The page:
The Morphohedron and The Art of Golden Geometry
The Morphohedron is the combination of all the known possible Regular Polyhedrons, both the five Platonic Solids and the 4 Kepler-Poinsot figures. They fit together in a special sequence, in three dimensions, just as the Fibonacci sequence does numerically in one dimension. Each configuration is larger than its predecessor by 1.618, the famous Golden Ratio. Thus, starting with an icosahedron at the center, and then stellating it (lengthening each face by 1.618 ), you will have the verticies of a dodecahedron, which in its turn, can be stellated to produce a larger version of the icosahedron. This process can continue ad infinitum, in either direction, larger or smaller. That accounts for 4 of the 9 possible regular 3 dimensional figures. The Cube is formed by connecting 8 of the 20 verticies of the stellated icosahedron. The Tetrahedron is formed by the diagonals of that cube, and the octahedron is formed by connecting the midpoints of that Tetrahedron. This accounts for 3 more regular figures, or polyhedra. The remaining regular 3-dimensional figures,are the two Pointsot Figures, which are concave versions of the dodecahedron and the icosahedron, and will fit in the same shell as their convex versions. Since all the possible Regular Solids will fit within this sequence, morphing from one form into the other endlessly, we are led to consider them as a unified system, rather than 9 separate, discrete objects.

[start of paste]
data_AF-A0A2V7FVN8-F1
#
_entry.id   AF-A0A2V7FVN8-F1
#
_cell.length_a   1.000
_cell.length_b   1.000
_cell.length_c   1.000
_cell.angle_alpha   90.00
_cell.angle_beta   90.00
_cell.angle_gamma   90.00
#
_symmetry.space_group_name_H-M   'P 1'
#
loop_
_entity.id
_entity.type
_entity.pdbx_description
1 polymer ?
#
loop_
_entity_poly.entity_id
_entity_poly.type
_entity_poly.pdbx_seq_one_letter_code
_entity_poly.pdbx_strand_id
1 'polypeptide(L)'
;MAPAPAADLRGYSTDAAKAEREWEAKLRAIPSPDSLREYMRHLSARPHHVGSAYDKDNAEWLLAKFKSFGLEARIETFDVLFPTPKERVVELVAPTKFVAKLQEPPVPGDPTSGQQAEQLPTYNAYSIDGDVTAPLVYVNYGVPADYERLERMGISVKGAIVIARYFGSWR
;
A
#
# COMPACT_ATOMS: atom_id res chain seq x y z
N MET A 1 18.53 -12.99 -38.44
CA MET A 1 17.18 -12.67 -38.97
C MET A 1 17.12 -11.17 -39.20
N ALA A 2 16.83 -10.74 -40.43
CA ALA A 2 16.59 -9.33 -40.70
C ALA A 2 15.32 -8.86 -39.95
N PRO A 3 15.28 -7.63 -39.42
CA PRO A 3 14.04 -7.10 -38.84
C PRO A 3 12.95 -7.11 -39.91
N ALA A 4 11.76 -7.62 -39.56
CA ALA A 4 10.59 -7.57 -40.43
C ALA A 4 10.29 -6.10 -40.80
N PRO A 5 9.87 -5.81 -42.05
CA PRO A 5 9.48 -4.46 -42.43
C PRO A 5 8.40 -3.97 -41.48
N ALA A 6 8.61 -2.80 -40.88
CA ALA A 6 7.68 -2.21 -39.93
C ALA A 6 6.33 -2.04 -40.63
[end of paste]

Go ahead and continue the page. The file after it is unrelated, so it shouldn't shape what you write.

The fact that they all relate to each other by way of the Golden Ratio, or the Extreme and Mean Ratio, makes it even more interesting, and curious.
The Morphohedron, like all the regular solids, is a three dimensional phenomenon, yet it can be pictured in two dimensional drawings by orthogonal projection, just as the sun at noon projects the shadow of an object on the flat ground. (at noon the rays of light are perpendicular to the ground.) The shadow of the Morphohedron also demonstrates the Golden Ratio, and leads to speculation that this 3-d Morphohedron could be the orthogonal projection of regular figures in 4 or more dimensions. It could also be the geometry of sub-nuclear quantum mechanics.
Being an architect, I use orthogonal projection every time I draw a floor plan or exterior elevation of a house or building. These drawings do not exhibit perspective, and therefore can be accurately measured by their builders. After building three dimensional models, or sculptures, of the Morphohedron, I began making orthogonal drawings and paintings from several different angles, or points of view. These are the images seen on this website, which demonstrate the symmetry and variety of the Morphohedron.
Many artbooks attempt to analyze famous paintings and buildings to discover the Golden Ratio hidden inside. In these Morphohedron paintings, there is no need to wonder, they are all completely ruled by this “Divine Proportion”. View and enjoy the paintings on this website, and for more complete explanations, see my forthcoming book; “ Morphohedron, the Art of Golden Geometry”.